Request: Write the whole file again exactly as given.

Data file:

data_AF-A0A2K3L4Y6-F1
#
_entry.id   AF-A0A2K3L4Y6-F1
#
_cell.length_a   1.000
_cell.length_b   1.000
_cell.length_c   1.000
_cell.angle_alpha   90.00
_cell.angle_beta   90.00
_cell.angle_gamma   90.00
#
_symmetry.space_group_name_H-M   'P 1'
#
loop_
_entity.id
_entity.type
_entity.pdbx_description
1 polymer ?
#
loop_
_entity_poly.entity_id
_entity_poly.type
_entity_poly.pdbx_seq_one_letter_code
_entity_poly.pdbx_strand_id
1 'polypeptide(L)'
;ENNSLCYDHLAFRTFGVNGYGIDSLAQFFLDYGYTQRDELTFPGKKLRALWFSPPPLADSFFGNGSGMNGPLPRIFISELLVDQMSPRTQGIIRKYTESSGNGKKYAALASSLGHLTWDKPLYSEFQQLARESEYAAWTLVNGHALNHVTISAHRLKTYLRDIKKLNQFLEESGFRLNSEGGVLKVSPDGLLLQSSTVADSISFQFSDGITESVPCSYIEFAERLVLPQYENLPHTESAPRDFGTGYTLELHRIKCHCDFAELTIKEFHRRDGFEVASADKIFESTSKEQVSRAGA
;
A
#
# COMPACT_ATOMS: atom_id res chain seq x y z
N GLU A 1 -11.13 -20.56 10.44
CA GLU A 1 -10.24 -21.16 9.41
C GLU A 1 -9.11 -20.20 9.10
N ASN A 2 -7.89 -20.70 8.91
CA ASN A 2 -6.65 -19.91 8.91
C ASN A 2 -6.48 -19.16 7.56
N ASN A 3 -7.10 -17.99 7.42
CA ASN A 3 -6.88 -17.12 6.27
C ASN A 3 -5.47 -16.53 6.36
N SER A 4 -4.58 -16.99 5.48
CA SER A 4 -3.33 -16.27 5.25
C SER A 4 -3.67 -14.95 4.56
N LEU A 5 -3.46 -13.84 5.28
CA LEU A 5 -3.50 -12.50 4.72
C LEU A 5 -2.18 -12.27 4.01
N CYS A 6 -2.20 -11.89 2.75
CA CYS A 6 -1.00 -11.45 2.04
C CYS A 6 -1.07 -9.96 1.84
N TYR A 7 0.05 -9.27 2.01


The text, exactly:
data_AF-A0A2K3L4Y6-F1
#
_entry.id   AF-A0A2K3L4Y6-F1
#
_cell.length_a   1.000
_cell.length_b   1.000
_cell.length_c   1.000
_cell.angle_alpha   90.00
_cell.angle_beta   90.00
_cell.angle_gamma   90.00
#
_symmetry.space_group_name_H-M   'P 1'
#
loop_
_entity.id
_entity.type
_entity.pdbx_description
1 polymer ?
#
loop_
_entity_poly.entity_id
_entity_poly.type
_entity_poly.pdbx_seq_one_letter_code
_entity_poly.pdbx_strand_id
1 'polypeptide(L)'
;ENNSLCYDHLAFRTFGVNGYGIDSLAQFFLDYGYTQRDELTFPGKKLRALWFSPPPLADSFFGNGSGMNGPLPRIFISELLVDQMSPRTQGIIRKYTESSGNGKKYAALASSLGHLTWDKPLYSEFQQLARESEYAAWTLVNGHALNHVTISAHRLKTYLRDIKKLNQFLEESGFRLNSEGGVLKVSPDGLLLQSSTVADSISFQFSDGITESVPCSYIEFAERLVLPQYENLPHTESAPRDFGTGYTLELHRIKCHCDFAELTIKEFHRRDGFEVASADKIFESTSKEQVSRAGA
;
A
#
# COMPACT_ATOMS: atom_id res chain seq x y z
N GLU A 1 -11.13 -20.56 10.44
CA GLU A 1 -10.24 -21.16 9.41
C GLU A 1 -9.11 -20.20 9.10
N ASN A 2 -7.89 -20.70 8.91
CA ASN A 2 -6.65 -19.91 8.91
C ASN A 2 -6.48 -19.16 7.56
N ASN A 3 -7.10 -17.99 7.42
CA ASN A 3 -6.88 -17.12 6.27
C ASN A 3 -5.47 -16.53 6.36
N SER A 4 -4.58 -16.99 5.48
CA SER A 4 -3.33 -16.27 5.25
C SER A 4 -3.67 -14.95 4.56
N LEU A 5 -3.46 -13.84 5.28
CA LEU A 5 -3.50 -12.50 4.72
C LEU A 5 -2.18 -12.27 4.01
N CYS A 6 -2.20 -11.89 2.75
CA CYS A 6 -1.00 -11.45 2.04
C CYS A 6 -1.07 -9.96 1.84
N TYR A 7 0.05 -9.27 2.01